“Even if we lower the screening age to 45, we are not solving the problem of early onset CRC. We are not reaching people under age 45, and there’s also the issue of doing the appropriate work up when people present with symptoms. We need to distinguish [the differences] in screening of people who do not have symptoms and people who do have symptoms. If young people show up with rectal bleeding, we can’t just [assume] it’s hemorrhoids. We need to look at which patients might be showing early signs of CRC,” Ladabaum added.
Weinberg, chair of the Department of Medicine and chief of the Section of Gastroenterology at the Fox Chase Cancer Center, held that the colonoscopy screening age should not be lowered in average-risk patients. He began his presentation by highlighting the few areas where he and Ladabaum agree. Weinberg accepts that the incidence of CRC is rising in patients under the age of 50, but he noted that the risk is a relative risk and the absolute risk only impacts about 1.3% of people in their 40s and younger. Additionally, he thinks it’s important that the risk factorswhich include being male, having a family history of CRC, and personal history of inflammatory bowel disease—be cited as contributors to the rise in the incidence of CRC rather than the mere lack of screening.
Reanalyzing the data in the Siegel paper that Ladabaum mentioned, Weinberg found that although the incidence of CRC was increasing in younger adults, the mortality rate stayed the same and these trends continued even as the amount of CRC screenings increased. He noted that a recommendation for decreasing the colonoscopy screening age based on this study was “textbook lead-time bias.” Also, he finds the core principle of colonoscopy screening to be a more informed viewpoint for determining the appropriate age to begin screening average-risk adults. His main point in this part of his presentation was that screening for CRC lowers the risk of CRC-related mortality, but the test is a risk in itself, which accounts for roughly 7 per 100,000 deaths.
“The data supporting lowering the screening age is intriguing, but based on what we know now, as opposed to what we’ve modeled, it seems premature to lower the colonoscopy screening age. This is mainly because there is no unanimity from amongst the various guidelines recommending what the screening age should be,” Weinberg toldTargeted Oncologyin an interview.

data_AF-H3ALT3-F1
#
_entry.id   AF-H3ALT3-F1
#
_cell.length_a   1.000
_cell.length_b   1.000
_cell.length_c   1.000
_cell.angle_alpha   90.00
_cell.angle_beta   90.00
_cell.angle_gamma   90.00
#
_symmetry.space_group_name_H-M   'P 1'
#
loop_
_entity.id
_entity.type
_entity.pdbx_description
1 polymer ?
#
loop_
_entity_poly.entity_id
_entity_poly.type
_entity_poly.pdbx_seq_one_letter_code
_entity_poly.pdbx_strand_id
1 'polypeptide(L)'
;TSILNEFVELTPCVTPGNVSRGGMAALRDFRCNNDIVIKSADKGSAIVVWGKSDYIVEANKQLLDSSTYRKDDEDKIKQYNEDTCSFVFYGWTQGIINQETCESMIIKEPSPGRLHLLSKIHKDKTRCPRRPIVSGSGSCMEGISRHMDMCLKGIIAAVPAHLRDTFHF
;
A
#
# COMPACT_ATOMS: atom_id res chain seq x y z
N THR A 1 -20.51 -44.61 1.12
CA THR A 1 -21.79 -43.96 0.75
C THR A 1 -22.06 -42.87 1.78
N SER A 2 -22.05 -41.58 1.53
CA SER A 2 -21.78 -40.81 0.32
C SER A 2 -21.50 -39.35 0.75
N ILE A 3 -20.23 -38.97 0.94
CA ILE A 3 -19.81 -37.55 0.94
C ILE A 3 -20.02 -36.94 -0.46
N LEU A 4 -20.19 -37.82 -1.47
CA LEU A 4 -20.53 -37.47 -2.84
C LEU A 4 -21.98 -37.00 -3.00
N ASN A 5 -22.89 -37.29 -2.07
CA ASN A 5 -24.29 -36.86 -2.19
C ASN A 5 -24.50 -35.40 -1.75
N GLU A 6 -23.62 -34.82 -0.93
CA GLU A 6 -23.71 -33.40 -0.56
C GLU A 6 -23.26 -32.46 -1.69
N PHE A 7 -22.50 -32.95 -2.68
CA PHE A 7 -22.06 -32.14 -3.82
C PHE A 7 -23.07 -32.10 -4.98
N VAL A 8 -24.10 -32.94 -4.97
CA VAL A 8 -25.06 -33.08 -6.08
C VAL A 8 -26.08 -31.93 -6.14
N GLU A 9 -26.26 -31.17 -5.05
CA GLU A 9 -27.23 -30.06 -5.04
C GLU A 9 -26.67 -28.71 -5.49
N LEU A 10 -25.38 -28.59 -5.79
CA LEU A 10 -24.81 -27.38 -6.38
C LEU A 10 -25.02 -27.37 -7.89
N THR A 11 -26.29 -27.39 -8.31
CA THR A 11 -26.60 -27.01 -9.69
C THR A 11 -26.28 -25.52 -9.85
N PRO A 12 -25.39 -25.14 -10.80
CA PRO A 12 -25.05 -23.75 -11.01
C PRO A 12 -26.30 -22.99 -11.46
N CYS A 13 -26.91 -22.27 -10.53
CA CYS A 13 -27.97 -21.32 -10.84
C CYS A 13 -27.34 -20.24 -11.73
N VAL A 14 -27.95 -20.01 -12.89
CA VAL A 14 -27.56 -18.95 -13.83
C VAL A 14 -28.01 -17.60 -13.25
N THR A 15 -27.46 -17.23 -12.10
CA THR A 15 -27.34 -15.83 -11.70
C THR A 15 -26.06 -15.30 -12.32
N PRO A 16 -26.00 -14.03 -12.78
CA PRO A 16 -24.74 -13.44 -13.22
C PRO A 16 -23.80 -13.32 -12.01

As anticipated, Weinberg also discussed the limitation of models during his presentation. He argued that models will never be more relevant than randomized clinical trials, stating “models help inform decisions, but they don’t define the standard of care. No one would vaccinate a population based on a model. Evidence-based medicine can’t be forgotten. It protects us, all of us, from all sorts of interventions that may be well-sounding and well-intended but,
when studied appropriately, are found to be ineffective or, in some cases, harmful. Why should screening for young people be any different?”
In terms of the challenges associated with determining which patients are at risk, Weinberg agrees with Ladabaum, but he discounts that the issue is related to the screening age for colonoscopies. According to the same guidelines that Ladabaum used to support his stance (ACS guidelines), patients who are determined to be at a higher risk for CRC should be screened every 1 or 2 years, regardless of their age.
“If a patient has rectal bleeding and they’re 25 years old, most physicians would suggest that they get a sigmoidoscopy, not a colonoscopy. The question that we don’t yet have an answer to is, if you have a healthy population of 45-year-old [patients], how many sigmoidoscopies or colonoscopies would you have to do to prevent one case of CRC?”
Weinberg finishes by stating that the main purpose of screening is to prevent mortalities, not the disease itself, and based on the current research, lowering the colonoscopy screening age does not prevent mortality from CRC.